2012 NBA Draft: 5 High-Risk Players Worth Picking
The NBA draft is like an episode of "Deadliest Catch": There are plenty of treasures to haul in, but some teams must take immense risks in order to find them.
This assortment of players is the king crab of this year's draft, and they're simply waiting on the sea floor to be snatched up.
Will teams have what it takes to risk their draft picks on these potentially great players? As the saying goes, "Go big or go home".
Here are the five high-risk players worth a 2012 NBA draft pick.
Royce White, SF/PF, Iowa State
Looking at Royce White physically, there's not much to criticize.
At 6'8" and 250 pounds, White has no trouble establishing himself in the post, but also has the ability to thrive at the wing position because of his athletic ability. Walterfootball.com lists a plethora of strengths in the Iowa State forward's game.
White's versatility makes him a very attractive prospect for a number of NBA teams, but his off-court issues could be a cause for concern.
His work ethic has been brought into question at times, and quotes such as the following don't help the matter:
“I love the game. I would say that I don’t love it as much as I did as a kid,” White said.
There's no denying White's talent, as well as his NBA build that makes scouts and GMs fall in love.
Some folks from ESPN have even ranked White as the fifth-best prospect in the entire draft.
Judging by White's honesty towards his mental struggles and the fact that he's stayed out of trouble in his time at Iowa State, it seems the burly forward has a great NBA career ahead of him.
Austin Rivers, SG, Duke
Austin Rivers declared for the NBA after just one season with the Duke Blue Devils.
Some have suggested that Rivers would be better suited staying in college and letting his game develop for another year or two.
Rivers, on the other hand, is a highly-confident (borderline cocky) player who is ready to make an NBA career for himself asap.
ESPN's Chad Ford notes a long list of cons to the young guard's game.
He's not an elite athlete, can't finish with his left hand, a shaky defender, and has a tendency to be selfish with the ball.
Even with that extensive list of dooming attributes, Rivers is still ranked as Ford's tenth-best prospect in one of the deepest drafts in years.
That speaks volumes about Rivers's abilities.
He's a lethal scorer with a whole host of offensive moves and intangibles that make him an extremely exciting player to watch.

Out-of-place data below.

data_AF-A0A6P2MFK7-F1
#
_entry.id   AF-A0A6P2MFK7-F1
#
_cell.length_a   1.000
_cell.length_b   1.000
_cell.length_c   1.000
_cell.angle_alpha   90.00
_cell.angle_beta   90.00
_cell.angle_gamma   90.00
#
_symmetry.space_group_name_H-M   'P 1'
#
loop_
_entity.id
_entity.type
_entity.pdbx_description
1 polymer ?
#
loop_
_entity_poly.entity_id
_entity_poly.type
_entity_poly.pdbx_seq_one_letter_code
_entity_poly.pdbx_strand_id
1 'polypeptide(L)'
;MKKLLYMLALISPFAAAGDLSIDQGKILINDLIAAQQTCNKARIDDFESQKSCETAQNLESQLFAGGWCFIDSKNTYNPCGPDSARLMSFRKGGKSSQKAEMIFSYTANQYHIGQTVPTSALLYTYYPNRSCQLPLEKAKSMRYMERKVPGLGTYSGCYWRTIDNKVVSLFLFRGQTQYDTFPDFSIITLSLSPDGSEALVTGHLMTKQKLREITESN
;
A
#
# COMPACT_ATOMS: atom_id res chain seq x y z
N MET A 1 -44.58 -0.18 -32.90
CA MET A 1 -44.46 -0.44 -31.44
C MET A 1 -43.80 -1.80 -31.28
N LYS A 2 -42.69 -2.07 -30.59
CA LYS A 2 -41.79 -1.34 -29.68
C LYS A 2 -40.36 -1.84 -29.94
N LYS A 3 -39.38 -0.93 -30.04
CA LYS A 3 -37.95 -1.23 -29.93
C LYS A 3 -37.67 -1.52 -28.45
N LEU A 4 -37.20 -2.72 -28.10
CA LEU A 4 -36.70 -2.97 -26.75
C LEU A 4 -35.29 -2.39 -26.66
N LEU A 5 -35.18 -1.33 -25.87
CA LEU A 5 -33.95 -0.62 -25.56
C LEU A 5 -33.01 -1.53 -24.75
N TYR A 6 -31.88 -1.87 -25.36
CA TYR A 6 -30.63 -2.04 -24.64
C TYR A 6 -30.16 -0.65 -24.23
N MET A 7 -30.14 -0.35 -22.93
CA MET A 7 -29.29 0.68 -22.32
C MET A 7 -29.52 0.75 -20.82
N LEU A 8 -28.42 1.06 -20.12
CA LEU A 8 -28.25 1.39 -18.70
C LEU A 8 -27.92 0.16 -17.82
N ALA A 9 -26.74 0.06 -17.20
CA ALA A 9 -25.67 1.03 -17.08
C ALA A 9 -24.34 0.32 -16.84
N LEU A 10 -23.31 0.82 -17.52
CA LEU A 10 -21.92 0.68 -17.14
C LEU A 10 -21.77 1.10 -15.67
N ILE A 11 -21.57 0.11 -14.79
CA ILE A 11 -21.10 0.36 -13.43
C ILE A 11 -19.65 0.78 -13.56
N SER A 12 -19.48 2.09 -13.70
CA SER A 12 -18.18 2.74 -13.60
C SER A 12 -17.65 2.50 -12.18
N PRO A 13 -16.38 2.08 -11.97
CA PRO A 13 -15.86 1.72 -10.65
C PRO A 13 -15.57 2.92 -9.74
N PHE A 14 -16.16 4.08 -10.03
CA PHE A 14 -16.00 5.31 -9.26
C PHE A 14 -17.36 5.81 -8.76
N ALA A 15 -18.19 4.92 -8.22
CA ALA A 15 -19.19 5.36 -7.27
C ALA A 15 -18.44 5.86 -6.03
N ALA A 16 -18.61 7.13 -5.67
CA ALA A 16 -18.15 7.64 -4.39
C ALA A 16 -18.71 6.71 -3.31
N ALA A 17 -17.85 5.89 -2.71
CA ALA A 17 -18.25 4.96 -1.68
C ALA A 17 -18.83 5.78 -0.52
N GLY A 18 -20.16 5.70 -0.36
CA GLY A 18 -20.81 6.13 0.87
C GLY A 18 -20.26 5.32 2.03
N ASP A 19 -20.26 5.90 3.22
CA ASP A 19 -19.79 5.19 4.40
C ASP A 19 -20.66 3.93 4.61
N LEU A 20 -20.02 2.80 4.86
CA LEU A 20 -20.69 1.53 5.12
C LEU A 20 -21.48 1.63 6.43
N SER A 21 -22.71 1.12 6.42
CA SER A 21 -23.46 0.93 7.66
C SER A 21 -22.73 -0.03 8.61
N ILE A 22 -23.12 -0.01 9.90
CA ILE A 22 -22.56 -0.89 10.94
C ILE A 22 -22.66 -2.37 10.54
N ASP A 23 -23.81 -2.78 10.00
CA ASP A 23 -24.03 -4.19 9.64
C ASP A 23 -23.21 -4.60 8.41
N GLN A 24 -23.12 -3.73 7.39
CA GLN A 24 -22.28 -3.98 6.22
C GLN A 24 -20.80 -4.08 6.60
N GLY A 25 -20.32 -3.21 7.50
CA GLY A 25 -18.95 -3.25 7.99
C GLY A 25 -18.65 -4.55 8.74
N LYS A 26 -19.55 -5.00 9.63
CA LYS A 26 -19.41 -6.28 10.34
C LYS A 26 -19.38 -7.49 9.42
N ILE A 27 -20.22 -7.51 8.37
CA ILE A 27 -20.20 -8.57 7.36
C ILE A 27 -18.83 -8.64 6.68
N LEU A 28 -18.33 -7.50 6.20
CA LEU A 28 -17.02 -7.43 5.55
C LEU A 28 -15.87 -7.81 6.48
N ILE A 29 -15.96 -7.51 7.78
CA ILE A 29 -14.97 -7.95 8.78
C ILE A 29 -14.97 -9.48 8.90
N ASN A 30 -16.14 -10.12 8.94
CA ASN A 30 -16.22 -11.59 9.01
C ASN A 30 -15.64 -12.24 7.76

Could he be the next Stephen Curry?
There are no guarantees, but Rivers is most definitely worth a shot.
Jared Sullinger, PF, Ohio State
There's something about watching Jared Sullinger that makes you think he's got the heart to be a great pro.
Sully's a 6'9", 265 pound power forward who can bang with the best of them in the post.
Unfortunately, it seems Sullinger's physical play may have taken a toll on him.
The Ohio State prospect's draft stock has been free-falling of late once he was red-flagged for back problems by an NBA doctor.
This is going to be great news for an NBA team with a late first-round selection, as Sullinger may end up being an absolute steal.
There is obviously some validity to the health concerns surrounding Sullinger, who was not invited to the NBA draft this Thursday because of his declining draft stock, reports ESPN's Andy Katz.
There's still no questioning the heart of Jared Sullinger, and it would be hard to envision the bruising forward without a successful NBA career.
Perry Jones III, SF/PF, Baylor
A 6'11" physical anomaly who can handle the ball like a guard, play in the post, and defend practically every position on the floor.
So, where's the risk?
Well, it appears that with all of the physical gifts Jones has been given, NBA scouts are puzzled by Jones's seemingly pedestrian stat-line.
14 points per game and 7.7 rebounds per game is solid, but it's well below the real potential of Jones III.
It seems Jones struggles with maintaining aggression on the court and can look disinterested at times, according to Swishscout.com.
This is a big concern for NBA teams, and it's a major reason why Jones has been as low as No. 15 in some mock drafts.
Will Jones be the steal of the draft?
Only time will tell.
There's one thing we know for sure: almost no player in this draft possesses the physical tools that Perry Jones III has.
Andre Drummond, C, Connecticut
If this draft were based solely on effort during games, Andre Drummond likely wouldn't be selected.
Luckily for the Connecticut center, he's a physical freak with the potential to be the next dominant NBA center.
Swishcout.com lists Amar'e Stoudemire with better post defense as the best-case scenario for Drummond.
The same site lists Andray Blatche as Drummond's worst-case scenario.
These should be taken with a grain of salt, but there's no doubting Drummond's physical ability.
The main drawback of drafting Drummond is that he is going to be a long-term project, but it may pay off tremendously for whichever team is willing to invest the time.
As of now, Drummond is projected to be drafted anywhere from No.2 through No. 8.
If his career pans out, Drummond just might be the player that GMs will be kicking themselves for not selecting in 2012.
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